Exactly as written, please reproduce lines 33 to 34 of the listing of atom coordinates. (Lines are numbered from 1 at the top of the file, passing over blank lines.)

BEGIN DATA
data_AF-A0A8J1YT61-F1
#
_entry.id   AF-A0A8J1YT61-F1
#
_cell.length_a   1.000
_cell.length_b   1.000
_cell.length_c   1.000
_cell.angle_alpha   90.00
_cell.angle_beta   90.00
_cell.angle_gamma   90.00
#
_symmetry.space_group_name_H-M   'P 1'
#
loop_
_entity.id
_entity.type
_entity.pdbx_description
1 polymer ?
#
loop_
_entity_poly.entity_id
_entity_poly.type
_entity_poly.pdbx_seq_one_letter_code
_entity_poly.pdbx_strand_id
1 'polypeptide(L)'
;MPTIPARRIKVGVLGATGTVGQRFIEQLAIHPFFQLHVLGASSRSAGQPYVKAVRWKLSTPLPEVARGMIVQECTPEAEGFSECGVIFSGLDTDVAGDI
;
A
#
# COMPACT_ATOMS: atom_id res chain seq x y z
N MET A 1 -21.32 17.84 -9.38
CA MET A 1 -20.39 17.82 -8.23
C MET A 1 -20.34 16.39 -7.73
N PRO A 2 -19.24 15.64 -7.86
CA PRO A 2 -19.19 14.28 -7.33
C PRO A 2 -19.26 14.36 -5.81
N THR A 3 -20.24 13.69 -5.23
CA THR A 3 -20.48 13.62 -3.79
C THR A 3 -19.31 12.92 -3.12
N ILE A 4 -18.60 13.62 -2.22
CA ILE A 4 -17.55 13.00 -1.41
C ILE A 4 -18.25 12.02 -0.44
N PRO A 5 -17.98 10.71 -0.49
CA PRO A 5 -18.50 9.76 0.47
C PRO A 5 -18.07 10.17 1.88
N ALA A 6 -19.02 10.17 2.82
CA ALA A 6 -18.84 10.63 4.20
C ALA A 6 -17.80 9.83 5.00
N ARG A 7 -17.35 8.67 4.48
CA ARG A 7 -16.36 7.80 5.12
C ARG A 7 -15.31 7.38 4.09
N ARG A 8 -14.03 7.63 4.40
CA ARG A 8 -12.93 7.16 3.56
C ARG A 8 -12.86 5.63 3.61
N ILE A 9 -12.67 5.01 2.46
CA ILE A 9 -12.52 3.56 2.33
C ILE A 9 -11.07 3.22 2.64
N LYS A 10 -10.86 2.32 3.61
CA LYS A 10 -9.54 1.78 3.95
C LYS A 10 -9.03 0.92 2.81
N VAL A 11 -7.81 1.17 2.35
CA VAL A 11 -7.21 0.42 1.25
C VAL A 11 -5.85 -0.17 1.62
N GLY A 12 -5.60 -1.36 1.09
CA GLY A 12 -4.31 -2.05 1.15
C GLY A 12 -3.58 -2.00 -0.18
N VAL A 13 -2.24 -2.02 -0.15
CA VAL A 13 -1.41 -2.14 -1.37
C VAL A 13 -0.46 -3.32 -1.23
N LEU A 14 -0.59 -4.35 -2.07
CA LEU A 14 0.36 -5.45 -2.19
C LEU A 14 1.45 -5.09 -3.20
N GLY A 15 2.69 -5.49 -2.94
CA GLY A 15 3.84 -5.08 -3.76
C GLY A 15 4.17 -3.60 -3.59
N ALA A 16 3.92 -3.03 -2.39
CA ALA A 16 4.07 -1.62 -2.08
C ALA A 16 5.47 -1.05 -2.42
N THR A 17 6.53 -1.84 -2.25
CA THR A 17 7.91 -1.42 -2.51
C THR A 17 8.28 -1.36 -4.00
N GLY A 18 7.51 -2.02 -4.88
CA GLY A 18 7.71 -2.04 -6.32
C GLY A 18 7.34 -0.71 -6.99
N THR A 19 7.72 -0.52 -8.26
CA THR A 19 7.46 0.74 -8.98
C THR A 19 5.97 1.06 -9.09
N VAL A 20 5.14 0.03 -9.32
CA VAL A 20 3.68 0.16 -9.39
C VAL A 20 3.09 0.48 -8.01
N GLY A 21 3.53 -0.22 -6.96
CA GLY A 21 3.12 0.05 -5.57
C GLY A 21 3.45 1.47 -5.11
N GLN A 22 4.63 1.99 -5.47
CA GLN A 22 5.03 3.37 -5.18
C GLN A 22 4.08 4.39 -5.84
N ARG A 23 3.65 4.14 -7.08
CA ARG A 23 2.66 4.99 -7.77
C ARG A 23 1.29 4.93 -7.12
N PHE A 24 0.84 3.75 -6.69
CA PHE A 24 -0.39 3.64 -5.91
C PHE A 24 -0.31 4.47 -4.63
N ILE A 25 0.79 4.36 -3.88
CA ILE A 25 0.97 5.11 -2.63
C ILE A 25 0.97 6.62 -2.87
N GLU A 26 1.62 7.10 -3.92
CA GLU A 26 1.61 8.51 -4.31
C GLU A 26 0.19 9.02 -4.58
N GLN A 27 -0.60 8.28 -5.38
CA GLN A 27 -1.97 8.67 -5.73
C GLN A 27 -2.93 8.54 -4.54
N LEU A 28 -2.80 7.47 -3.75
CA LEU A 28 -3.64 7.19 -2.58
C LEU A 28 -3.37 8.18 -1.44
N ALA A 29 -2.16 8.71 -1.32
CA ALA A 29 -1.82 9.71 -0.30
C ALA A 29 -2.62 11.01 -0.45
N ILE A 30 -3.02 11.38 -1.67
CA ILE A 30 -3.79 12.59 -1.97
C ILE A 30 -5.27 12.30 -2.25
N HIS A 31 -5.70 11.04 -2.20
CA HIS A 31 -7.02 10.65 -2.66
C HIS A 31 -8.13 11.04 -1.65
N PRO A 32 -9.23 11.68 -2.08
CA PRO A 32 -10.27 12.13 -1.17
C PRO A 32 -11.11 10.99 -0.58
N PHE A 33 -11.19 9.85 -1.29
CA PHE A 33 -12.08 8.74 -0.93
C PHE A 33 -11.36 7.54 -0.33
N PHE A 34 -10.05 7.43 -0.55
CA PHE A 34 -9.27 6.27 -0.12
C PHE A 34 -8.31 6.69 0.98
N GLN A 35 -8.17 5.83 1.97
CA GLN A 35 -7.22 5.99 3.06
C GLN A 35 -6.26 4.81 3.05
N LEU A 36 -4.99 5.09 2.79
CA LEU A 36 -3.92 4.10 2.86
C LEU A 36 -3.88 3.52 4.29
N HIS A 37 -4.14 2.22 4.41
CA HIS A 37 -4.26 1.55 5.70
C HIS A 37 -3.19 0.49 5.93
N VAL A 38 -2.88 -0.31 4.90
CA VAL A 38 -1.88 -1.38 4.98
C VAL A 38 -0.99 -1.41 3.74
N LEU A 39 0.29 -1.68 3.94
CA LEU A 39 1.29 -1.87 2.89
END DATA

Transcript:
C MET A 1 -20.34 16.39 -7.73
N PRO A 2 -19.24 15.64 -7.86